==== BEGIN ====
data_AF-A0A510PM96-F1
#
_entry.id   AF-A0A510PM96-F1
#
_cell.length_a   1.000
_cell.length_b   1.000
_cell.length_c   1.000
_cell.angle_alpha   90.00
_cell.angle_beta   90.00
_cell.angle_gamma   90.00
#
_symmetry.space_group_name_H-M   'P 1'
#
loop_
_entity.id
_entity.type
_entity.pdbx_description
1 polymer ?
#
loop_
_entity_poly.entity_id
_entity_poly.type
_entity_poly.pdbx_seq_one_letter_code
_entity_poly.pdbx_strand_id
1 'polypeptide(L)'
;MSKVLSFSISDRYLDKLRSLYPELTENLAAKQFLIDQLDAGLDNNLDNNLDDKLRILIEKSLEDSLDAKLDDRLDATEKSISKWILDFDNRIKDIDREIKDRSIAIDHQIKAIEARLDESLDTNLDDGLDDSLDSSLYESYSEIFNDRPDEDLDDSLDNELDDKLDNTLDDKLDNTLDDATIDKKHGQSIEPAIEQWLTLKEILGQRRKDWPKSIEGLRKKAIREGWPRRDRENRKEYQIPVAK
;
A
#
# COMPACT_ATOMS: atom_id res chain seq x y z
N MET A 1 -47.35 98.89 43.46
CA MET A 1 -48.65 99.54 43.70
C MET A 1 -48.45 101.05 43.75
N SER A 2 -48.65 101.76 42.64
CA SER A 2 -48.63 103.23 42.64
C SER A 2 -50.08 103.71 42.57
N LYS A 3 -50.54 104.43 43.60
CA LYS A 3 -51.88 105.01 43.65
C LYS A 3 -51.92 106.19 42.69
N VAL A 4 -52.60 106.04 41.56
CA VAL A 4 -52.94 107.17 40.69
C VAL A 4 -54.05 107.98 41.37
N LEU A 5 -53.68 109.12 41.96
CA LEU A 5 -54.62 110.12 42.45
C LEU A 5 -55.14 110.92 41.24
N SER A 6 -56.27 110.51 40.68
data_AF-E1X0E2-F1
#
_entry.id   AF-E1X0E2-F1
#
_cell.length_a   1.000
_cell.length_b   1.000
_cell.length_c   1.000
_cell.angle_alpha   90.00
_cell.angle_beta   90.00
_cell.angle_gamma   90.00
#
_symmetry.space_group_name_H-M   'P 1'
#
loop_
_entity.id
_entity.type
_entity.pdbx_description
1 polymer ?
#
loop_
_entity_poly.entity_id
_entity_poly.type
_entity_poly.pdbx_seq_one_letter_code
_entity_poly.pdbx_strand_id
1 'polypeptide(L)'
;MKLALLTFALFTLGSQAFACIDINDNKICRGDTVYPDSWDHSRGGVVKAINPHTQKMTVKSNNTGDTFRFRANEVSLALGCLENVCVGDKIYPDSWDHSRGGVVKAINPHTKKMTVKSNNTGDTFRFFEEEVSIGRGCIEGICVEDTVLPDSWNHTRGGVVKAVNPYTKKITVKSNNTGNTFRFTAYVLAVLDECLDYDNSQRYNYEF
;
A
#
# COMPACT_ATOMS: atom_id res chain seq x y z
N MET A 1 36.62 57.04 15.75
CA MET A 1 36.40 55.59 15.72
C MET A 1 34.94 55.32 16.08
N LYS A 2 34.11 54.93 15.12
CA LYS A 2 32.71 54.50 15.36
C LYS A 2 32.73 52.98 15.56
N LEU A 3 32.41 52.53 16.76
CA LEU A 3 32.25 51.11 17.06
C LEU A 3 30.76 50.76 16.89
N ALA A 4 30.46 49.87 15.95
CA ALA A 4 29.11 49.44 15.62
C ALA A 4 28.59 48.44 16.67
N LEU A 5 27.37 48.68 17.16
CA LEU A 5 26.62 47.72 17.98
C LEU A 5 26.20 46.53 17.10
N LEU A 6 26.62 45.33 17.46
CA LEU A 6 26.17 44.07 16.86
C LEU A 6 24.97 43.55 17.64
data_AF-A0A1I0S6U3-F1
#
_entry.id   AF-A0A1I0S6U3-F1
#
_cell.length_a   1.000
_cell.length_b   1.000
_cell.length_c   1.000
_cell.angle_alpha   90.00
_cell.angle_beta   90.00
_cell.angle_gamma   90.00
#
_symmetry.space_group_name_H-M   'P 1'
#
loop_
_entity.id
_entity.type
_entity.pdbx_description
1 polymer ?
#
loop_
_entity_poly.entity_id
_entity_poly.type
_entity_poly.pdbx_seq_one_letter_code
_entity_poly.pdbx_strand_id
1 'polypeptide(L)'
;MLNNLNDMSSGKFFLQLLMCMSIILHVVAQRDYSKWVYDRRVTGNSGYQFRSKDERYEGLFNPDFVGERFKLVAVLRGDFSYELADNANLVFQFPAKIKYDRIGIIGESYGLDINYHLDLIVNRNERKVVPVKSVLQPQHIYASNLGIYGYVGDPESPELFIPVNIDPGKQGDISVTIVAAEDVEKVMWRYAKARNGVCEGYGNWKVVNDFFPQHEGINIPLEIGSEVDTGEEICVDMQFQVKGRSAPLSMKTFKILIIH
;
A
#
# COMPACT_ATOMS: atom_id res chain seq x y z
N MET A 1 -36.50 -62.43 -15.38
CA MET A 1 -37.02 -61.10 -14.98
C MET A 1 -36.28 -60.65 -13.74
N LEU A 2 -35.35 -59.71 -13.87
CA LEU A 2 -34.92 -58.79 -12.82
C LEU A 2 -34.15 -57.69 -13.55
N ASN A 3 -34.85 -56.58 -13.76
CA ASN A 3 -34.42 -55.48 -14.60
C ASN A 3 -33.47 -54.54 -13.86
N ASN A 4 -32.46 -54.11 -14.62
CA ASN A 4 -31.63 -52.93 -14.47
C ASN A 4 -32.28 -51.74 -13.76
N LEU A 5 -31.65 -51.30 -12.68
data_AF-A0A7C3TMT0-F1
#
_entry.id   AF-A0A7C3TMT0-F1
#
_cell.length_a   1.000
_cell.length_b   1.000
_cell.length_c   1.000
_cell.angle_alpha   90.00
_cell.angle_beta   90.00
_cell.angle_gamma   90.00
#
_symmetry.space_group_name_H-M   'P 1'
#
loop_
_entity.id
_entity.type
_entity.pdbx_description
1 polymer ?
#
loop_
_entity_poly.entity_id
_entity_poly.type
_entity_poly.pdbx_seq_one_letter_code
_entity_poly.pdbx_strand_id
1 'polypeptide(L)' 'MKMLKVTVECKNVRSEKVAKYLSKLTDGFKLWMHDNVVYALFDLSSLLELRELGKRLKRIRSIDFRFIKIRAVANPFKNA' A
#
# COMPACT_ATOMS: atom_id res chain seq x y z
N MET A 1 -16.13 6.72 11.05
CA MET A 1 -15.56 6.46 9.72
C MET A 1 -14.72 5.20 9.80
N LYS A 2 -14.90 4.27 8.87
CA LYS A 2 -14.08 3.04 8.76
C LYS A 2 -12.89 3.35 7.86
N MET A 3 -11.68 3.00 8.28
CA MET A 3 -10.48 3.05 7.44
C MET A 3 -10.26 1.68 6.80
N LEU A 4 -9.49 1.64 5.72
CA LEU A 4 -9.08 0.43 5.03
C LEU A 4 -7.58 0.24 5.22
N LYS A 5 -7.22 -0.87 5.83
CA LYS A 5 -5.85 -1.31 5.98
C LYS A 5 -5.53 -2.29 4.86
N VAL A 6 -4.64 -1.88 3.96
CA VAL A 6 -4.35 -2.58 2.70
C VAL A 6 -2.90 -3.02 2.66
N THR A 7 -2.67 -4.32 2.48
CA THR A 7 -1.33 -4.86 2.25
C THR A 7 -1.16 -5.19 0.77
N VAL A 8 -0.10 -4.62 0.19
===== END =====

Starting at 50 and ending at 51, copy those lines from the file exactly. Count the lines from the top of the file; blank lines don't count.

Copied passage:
#
_cell.length_a   1.000